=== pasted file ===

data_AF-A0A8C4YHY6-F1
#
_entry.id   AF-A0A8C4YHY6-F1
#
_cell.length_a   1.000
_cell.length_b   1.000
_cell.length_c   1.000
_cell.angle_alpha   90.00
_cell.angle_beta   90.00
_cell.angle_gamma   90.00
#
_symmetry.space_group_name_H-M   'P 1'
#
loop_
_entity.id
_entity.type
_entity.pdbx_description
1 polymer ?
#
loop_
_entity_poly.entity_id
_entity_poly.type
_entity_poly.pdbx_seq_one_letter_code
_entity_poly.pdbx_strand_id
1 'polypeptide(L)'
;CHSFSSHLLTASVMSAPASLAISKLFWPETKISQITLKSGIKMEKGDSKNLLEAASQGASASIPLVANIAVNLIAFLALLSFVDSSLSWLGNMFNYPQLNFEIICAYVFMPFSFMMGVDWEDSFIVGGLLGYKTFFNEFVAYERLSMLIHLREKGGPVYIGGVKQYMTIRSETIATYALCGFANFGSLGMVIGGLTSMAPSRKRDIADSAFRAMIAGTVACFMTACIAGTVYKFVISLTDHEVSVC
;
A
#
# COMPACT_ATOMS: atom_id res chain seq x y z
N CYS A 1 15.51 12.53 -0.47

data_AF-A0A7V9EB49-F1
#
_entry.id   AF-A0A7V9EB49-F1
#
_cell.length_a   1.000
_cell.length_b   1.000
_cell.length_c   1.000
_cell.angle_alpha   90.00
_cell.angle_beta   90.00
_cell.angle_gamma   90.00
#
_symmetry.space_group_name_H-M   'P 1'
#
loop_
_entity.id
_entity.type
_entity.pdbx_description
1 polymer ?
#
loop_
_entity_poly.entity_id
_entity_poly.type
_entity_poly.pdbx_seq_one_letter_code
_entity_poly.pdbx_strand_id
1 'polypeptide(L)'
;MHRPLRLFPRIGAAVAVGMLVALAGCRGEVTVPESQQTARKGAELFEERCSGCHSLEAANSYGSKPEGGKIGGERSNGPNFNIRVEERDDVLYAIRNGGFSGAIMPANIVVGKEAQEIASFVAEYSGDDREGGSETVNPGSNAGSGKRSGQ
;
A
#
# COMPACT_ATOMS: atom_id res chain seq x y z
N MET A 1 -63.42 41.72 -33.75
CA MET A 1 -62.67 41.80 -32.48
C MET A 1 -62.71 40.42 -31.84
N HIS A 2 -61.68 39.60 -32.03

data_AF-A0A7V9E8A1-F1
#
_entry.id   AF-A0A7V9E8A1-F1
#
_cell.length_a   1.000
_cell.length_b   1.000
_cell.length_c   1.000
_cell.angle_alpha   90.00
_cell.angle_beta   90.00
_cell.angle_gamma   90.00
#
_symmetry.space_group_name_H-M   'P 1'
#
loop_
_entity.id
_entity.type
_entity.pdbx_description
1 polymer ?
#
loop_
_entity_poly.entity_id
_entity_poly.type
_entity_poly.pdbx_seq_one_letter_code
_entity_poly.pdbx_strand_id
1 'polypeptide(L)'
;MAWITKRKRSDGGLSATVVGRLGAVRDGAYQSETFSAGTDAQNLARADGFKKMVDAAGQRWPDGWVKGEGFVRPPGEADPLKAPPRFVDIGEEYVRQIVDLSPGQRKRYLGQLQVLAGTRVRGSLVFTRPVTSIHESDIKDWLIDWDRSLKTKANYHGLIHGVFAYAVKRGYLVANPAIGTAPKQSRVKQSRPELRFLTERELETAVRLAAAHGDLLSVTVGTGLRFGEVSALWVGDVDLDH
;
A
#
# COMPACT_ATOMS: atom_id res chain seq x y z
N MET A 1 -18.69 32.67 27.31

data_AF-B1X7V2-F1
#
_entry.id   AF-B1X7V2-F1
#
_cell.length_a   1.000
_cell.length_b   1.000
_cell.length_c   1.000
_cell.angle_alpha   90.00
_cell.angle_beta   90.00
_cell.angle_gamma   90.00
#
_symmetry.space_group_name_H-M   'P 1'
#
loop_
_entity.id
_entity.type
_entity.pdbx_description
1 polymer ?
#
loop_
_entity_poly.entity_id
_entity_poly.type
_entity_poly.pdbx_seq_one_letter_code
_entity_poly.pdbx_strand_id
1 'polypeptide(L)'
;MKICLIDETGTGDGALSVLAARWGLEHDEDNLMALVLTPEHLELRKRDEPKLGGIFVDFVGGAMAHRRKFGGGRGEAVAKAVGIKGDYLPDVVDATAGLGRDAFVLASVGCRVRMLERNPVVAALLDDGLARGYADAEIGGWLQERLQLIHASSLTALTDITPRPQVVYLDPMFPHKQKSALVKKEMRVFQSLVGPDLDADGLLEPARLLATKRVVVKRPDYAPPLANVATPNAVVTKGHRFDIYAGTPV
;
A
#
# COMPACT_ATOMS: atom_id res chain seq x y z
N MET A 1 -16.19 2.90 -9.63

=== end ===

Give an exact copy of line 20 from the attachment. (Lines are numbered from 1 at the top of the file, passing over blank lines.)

loop_